Professor David Cameron, president of the European Breast Cancer Council, said the findings reiterate the importance of screening.
He said: ‘Mammograms quite often pick up signs of breast disease that are not cancer, such as cysts and fibroadenomas, and it’s important to remember that the majority of women with these conditions will not go on to develop breast cancer.’
The findings will be published in the International Journal of Environmental Research and Public Health.
Dr Kotryna Temcinaite, of at Breast Cancer Now, said: ‘Every year 55,000 women and 370 men are diagnosed with breast cancer in the UK.
‘Breast screening is a vital tool for detecting breast cancer early, and the sooner it’s diagnosed the more likely treatment is to be successful, which is why we encourage all eligible women who are invited to attend.
‘We welcome research that could help identify who might be more at risk of developing the disease and we are currently funding studies to better understand the benefits and risks of a more tailored screening service.
‘This research looked at women who went on to have breast cancer following an earlier diagnosis of non-cancerous breast disease.
‘However other risk factors including genes, age, lifestyle and family history must also be considered to fully understand how likely someone is to develop breast cancer for a personalised screening programme to be effective.’
Breast cancer is one of the most common cancers in the world and affects more than two MILLION women a year
Breast cancer is one of the most common cancers in the world. Each year in the UK there are more than 55,000 new cases, and the disease claims the lives of 11,500 women. In the US, it strikes 266,000 each year and kills 40,000. But what causes it and how can it be treated?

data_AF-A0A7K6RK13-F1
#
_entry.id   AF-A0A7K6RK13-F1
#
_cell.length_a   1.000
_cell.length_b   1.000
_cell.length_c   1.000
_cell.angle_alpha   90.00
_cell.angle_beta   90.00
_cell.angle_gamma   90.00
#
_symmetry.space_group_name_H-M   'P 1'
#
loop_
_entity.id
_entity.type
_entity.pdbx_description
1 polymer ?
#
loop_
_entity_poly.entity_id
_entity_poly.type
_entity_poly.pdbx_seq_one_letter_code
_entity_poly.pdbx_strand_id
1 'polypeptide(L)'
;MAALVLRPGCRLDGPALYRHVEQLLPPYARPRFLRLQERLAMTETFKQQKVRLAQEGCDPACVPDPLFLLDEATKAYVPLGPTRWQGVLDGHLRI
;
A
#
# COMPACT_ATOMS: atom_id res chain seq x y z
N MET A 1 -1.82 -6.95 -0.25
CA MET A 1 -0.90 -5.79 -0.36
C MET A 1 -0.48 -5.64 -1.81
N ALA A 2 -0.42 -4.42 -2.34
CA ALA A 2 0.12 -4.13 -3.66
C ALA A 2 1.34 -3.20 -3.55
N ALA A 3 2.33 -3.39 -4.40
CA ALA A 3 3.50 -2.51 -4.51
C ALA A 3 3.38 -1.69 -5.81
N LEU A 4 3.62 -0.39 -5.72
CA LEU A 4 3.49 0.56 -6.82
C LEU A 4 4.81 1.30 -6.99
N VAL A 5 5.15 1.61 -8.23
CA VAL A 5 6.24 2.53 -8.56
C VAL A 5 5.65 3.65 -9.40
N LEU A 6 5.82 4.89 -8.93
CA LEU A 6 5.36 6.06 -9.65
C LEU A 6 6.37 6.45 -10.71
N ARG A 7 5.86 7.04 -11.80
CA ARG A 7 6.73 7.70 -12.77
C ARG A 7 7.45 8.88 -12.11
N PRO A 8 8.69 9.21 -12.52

What is breast cancer?
Breast cancer develops from a cancerous cell which develops in the lining of a duct or lobule in one of the breasts.
When the breast cancer has spread into surrounding breast tissue it is called an ‘invasive’ breast cancer. Some people are diagnosed with ‘carcinoma in situ’, where no cancer cells have grown beyond the duct or lobule.
Most cases develop in women over the age of 50 but younger women are sometimes affected. Breast cancer can develop in men though this is rare.
Staging means how big the cancer is and whether it has spread. Stage 1 is the earliest stage and stage 4 means the cancer has spread to another part of the body.
The cancerous cells are graded from low, which means a slow growth, to high, which is fast growing. High grade cancers are more likely to come back after they have first been treated.
What causes breast cancer?